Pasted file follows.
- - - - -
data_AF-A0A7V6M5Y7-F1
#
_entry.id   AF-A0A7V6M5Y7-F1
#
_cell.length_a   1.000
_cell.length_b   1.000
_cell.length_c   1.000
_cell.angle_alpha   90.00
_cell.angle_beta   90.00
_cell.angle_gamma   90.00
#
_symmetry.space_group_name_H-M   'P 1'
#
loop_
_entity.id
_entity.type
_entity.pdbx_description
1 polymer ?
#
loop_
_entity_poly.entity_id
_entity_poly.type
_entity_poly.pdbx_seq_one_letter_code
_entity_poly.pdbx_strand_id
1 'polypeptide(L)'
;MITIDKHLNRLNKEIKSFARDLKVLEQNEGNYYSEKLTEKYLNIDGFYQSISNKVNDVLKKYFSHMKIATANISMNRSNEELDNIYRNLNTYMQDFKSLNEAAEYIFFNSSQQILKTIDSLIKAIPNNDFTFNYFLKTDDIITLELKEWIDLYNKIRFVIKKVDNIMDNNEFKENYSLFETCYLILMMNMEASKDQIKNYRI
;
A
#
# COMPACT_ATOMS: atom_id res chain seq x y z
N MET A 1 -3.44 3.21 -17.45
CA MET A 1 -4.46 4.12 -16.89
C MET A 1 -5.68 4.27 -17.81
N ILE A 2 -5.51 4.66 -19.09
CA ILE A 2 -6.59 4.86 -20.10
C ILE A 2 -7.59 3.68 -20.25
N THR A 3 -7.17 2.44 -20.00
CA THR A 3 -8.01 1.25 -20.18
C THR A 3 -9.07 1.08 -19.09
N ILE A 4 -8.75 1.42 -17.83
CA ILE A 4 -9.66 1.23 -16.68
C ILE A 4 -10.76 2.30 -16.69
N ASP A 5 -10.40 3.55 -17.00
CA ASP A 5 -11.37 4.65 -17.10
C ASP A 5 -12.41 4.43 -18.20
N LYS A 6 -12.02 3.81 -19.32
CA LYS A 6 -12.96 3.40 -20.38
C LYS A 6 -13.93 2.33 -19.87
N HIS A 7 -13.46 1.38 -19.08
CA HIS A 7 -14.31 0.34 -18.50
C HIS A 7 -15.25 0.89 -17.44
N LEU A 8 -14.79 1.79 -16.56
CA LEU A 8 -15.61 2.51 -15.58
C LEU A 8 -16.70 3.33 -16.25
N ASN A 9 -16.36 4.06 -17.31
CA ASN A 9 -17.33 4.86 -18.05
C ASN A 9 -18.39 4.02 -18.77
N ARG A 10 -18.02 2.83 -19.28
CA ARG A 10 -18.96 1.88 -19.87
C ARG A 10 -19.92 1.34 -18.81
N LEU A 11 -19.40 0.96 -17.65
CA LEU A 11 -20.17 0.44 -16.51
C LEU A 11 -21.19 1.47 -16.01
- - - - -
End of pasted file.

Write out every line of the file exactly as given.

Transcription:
data_AF-A0A7V6M5Y7-F1
#
_entry.id   AF-A0A7V6M5Y7-F1
#
_cell.length_a   1.000
_cell.length_b   1.000
_cell.length_c   1.000
_cell.angle_alpha   90.00
_cell.angle_beta   90.00
_cell.angle_gamma   90.00
#
_symmetry.space_group_name_H-M   'P 1'
#
loop_
_entity.id
_entity.type
_entity.pdbx_description
1 polymer ?
#
loop_
_entity_poly.entity_id
_entity_poly.type
_entity_poly.pdbx_seq_one_letter_code
_entity_poly.pdbx_strand_id
1 'polypeptide(L)'
;MITIDKHLNRLNKEIKSFARDLKVLEQNEGNYYSEKLTEKYLNIDGFYQSISNKVNDVLKKYFSHMKIATANISMNRSNEELDNIYRNLNTYMQDFKSLNEAAEYIFFNSSQQILKTIDSLIKAIPNNDFTFNYFLKTDDIITLELKEWIDLYNKIRFVIKKVDNIMDNNEFKENYSLFETCYLILMMNMEASKDQIKNYRI
;
A
#
# COMPACT_ATOMS: atom_id res chain seq x y z
N MET A 1 -3.44 3.21 -17.45
CA MET A 1 -4.46 4.12 -16.89
C MET A 1 -5.68 4.27 -17.81
N ILE A 2 -5.51 4.66 -19.09
CA ILE A 2 -6.59 4.86 -20.10
C ILE A 2 -7.59 3.68 -20.25
N THR A 3 -7.17 2.44 -20.00
CA THR A 3 -8.01 1.25 -20.18
C THR A 3 -9.07 1.08 -19.09
N ILE A 4 -8.75 1.42 -17.83
CA ILE A 4 -9.66 1.23 -16.68
C ILE A 4 -10.76 2.30 -16.69
N ASP A 5 -10.40 3.55 -17.00
CA ASP A 5 -11.37 4.65 -17.10
C ASP A 5 -12.41 4.43 -18.20
N LYS A 6 -12.02 3.81 -19.32
CA LYS A 6 -12.96 3.40 -20.38
C LYS A 6 -13.93 2.33 -19.87
N HIS A 7 -13.46 1.38 -19.08
CA HIS A 7 -14.31 0.34 -18.50
C HIS A 7 -15.25 0.89 -17.44
N LEU A 8 -14.79 1.79 -16.56
CA LEU A 8 -15.61 2.51 -15.58
C LEU A 8 -16.70 3.33 -16.25
N ASN A 9 -16.36 4.06 -17.31
CA ASN A 9 -17.33 4.86 -18.05
C ASN A 9 -18.39 4.02 -18.77
N ARG A 10 -18.02 2.83 -19.28
CA ARG A 10 -18.96 1.88 -19.87
C ARG A 10 -19.92 1.34 -18.81
N LEU A 11 -19.40 0.96 -17.65
CA LEU A 11 -20.17 0.44 -16.51
C LEU A 11 -21.19 1.47 -16.01